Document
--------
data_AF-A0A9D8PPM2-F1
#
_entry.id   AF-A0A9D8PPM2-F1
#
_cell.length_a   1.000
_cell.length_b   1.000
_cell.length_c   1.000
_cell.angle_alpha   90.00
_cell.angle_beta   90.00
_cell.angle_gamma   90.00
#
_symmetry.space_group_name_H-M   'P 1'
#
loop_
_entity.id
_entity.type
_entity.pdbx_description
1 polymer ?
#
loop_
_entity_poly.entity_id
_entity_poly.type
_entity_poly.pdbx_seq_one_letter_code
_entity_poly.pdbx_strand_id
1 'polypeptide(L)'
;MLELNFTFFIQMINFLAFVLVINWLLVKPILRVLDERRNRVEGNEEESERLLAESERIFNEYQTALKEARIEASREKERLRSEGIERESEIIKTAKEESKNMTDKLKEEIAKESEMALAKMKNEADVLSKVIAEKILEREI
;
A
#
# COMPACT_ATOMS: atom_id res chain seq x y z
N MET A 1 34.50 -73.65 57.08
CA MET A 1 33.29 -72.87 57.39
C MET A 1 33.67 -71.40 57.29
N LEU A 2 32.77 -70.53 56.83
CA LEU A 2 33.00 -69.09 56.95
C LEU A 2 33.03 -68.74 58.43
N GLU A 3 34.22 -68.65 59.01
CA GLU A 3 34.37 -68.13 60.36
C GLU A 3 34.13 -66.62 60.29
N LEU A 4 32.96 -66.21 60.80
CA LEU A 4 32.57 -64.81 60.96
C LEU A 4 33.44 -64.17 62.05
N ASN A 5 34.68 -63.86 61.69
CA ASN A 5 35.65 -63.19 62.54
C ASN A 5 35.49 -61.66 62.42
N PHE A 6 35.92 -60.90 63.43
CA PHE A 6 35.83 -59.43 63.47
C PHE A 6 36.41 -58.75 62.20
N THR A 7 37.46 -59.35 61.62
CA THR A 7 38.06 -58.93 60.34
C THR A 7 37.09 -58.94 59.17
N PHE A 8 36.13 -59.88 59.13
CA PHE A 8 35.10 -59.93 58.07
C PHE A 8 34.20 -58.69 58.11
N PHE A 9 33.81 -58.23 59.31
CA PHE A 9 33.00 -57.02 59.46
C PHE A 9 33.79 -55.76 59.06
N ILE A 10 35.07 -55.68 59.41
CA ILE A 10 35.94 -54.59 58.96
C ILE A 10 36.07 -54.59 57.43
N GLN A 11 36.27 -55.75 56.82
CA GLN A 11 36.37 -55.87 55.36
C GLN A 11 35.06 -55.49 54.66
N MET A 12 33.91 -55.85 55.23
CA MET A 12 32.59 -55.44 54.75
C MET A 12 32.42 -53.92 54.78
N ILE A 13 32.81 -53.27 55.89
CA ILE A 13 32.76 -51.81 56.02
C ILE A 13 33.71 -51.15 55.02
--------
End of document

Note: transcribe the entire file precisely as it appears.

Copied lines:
data_AF-A0A9D8PPM2-F1
#
_entry.id   AF-A0A9D8PPM2-F1
#
_cell.length_a   1.000
_cell.length_b   1.000
_cell.length_c   1.000
_cell.angle_alpha   90.00
_cell.angle_beta   90.00
_cell.angle_gamma   90.00
#
_symmetry.space_group_name_H-M   'P 1'
#
loop_
_entity.id
_entity.type
_entity.pdbx_description
1 polymer ?
#
loop_
_entity_poly.entity_id
_entity_poly.type
_entity_poly.pdbx_seq_one_letter_code
_entity_poly.pdbx_strand_id
1 'polypeptide(L)'
;MLELNFTFFIQMINFLAFVLVINWLLVKPILRVLDERRNRVEGNEEESERLLAESERIFNEYQTALKEARIEASREKERLRSEGIERESEIIKTAKEESKNMTDKLKEEIAKESEMALAKMKNEADVLSKVIAEKILEREI
;
A
#
# COMPACT_ATOMS: atom_id res chain seq x y z
N MET A 1 34.50 -73.65 57.08
CA MET A 1 33.29 -72.87 57.39
C MET A 1 33.67 -71.40 57.29
N LEU A 2 32.77 -70.53 56.83
CA LEU A 2 33.00 -69.09 56.95
C LEU A 2 33.03 -68.74 58.43
N GLU A 3 34.22 -68.65 59.01
CA GLU A 3 34.37 -68.13 60.36
C GLU A 3 34.13 -66.62 60.29
N LEU A 4 32.96 -66.21 60.80
CA LEU A 4 32.57 -64.81 60.96
C LEU A 4 33.44 -64.17 62.05
N ASN A 5 34.68 -63.86 61.69
CA ASN A 5 35.65 -63.19 62.54
C ASN A 5 35.49 -61.66 62.42
N PHE A 6 35.92 -60.90 63.43
CA PHE A 6 35.83 -59.43 63.47
C PHE A 6 36.41 -58.75 62.20
N THR A 7 37.46 -59.35 61.62
CA THR A 7 38.06 -58.93 60.34
C THR A 7 37.09 -58.94 59.17
N PHE A 8 36.13 -59.88 59.13
CA PHE A 8 35.10 -59.93 58.07
C PHE A 8 34.20 -58.69 58.11
N PHE A 9 33.81 -58.23 59.31
CA PHE A 9 33.00 -57.02 59.46
C PHE A 9 33.79 -55.76 59.06
N ILE A 10 35.07 -55.68 59.41
CA ILE A 10 35.94 -54.59 58.96
C ILE A 10 36.07 -54.59 57.43
N GLN A 11 36.27 -55.75 56.82
CA GLN A 11 36.37 -55.87 55.36
C GLN A 11 35.06 -55.49 54.66
N MET A 12 33.91 -55.85 55.23
CA MET A 12 32.59 -55.44 54.75
C MET A 12 32.42 -53.92 54.78
N ILE A 13 32.81 -53.27 55.89
CA ILE A 13 32.76 -51.81 56.02
C ILE A 13 33.71 -51.15 55.02